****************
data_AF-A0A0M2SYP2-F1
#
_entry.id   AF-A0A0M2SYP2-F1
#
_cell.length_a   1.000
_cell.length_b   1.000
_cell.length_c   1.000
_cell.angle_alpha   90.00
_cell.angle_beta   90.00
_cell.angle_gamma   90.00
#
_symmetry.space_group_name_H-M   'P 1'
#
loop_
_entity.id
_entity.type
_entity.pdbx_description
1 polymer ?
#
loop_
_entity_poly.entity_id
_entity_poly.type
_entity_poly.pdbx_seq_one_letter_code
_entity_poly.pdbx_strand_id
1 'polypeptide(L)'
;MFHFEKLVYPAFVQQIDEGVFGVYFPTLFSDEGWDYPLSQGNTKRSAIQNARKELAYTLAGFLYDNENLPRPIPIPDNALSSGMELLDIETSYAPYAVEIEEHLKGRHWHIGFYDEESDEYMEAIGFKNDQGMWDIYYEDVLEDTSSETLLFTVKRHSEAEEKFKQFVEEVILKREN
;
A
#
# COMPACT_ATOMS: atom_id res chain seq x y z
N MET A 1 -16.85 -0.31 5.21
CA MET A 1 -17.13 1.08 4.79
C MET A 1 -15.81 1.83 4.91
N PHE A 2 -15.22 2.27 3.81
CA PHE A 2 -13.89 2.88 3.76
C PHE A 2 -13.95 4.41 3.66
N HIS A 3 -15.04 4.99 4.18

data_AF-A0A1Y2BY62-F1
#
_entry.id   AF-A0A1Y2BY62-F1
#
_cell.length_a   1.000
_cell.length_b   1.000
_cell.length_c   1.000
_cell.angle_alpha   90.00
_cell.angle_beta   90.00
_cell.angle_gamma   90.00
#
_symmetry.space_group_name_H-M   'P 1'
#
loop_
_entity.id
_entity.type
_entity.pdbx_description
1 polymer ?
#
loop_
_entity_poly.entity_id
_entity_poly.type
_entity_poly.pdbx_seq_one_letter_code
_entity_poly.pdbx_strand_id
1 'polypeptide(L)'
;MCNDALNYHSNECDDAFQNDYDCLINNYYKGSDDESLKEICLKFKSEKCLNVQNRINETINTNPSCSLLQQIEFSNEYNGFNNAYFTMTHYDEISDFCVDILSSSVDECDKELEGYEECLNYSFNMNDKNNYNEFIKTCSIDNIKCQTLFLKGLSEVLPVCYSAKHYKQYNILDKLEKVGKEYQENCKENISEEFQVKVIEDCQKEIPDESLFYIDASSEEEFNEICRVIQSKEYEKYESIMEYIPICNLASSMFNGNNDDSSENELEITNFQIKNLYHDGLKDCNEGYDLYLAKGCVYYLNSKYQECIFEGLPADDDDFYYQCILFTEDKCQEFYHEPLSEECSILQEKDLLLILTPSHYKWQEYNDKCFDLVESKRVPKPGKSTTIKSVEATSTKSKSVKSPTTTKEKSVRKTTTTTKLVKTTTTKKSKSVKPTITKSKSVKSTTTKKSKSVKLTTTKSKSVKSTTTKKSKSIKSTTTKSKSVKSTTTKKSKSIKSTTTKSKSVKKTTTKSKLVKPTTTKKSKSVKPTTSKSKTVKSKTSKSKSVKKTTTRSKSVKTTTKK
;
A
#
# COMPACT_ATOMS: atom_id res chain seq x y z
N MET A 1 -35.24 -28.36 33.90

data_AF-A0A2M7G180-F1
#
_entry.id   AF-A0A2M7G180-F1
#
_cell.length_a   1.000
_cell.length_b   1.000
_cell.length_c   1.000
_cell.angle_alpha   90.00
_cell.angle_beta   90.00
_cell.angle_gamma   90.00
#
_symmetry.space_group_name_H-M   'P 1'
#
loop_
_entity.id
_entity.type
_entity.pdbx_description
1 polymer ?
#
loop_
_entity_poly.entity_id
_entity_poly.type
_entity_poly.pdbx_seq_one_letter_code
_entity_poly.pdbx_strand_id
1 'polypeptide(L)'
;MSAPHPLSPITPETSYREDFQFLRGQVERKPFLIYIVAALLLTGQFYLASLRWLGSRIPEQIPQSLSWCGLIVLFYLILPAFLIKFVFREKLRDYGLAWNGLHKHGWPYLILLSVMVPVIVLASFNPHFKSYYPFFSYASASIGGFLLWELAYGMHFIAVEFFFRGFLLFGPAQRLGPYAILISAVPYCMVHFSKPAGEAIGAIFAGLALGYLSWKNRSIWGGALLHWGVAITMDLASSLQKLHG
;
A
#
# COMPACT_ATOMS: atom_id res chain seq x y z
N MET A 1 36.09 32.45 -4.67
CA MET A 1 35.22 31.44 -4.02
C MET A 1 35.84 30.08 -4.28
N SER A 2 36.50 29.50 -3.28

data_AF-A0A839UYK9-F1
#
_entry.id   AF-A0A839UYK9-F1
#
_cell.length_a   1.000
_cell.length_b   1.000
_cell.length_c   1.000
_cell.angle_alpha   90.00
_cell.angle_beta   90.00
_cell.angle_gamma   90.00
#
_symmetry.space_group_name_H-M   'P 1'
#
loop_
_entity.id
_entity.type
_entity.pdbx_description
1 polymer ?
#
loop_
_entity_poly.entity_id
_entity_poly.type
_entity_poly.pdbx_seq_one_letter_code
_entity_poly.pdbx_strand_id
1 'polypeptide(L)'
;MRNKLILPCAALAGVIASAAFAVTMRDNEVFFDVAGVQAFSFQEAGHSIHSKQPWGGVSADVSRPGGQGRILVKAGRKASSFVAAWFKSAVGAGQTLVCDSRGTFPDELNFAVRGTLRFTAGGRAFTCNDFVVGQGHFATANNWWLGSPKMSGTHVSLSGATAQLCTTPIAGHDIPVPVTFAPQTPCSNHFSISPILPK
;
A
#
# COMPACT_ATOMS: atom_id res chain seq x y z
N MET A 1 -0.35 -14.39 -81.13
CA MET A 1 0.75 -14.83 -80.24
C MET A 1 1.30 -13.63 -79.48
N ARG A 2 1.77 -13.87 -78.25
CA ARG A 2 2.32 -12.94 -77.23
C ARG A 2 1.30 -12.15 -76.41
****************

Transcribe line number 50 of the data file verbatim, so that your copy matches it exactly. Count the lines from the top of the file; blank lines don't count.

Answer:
#